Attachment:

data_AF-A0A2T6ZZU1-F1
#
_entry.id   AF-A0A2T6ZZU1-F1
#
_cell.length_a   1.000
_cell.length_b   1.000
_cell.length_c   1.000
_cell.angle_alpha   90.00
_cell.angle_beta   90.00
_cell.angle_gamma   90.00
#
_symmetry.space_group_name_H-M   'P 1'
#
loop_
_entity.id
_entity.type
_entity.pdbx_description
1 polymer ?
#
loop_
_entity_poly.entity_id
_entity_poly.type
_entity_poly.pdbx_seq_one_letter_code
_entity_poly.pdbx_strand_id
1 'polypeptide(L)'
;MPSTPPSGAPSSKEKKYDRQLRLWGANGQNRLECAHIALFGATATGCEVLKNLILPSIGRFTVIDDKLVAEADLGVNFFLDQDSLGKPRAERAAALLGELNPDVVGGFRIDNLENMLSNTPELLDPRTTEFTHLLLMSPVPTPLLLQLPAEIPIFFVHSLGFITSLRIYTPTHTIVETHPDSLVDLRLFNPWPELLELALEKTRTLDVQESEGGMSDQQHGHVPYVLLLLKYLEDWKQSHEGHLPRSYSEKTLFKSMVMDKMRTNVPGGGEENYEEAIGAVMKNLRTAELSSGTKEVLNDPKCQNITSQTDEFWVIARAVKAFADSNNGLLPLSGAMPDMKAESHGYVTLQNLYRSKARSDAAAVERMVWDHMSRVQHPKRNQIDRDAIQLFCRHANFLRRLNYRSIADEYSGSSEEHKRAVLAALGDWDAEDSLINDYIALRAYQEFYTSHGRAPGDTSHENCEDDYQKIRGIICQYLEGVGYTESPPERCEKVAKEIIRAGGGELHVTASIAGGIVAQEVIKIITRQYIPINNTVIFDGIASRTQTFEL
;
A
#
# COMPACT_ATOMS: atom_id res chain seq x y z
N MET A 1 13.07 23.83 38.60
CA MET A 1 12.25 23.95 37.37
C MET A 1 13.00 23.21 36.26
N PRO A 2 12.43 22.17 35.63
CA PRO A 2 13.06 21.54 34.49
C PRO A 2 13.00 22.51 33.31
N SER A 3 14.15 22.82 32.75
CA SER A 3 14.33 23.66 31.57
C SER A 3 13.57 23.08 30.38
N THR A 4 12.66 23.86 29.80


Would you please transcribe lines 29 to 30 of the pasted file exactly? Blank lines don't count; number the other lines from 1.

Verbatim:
#
# COMPACT_ATOMS: atom_id res chain seq x y z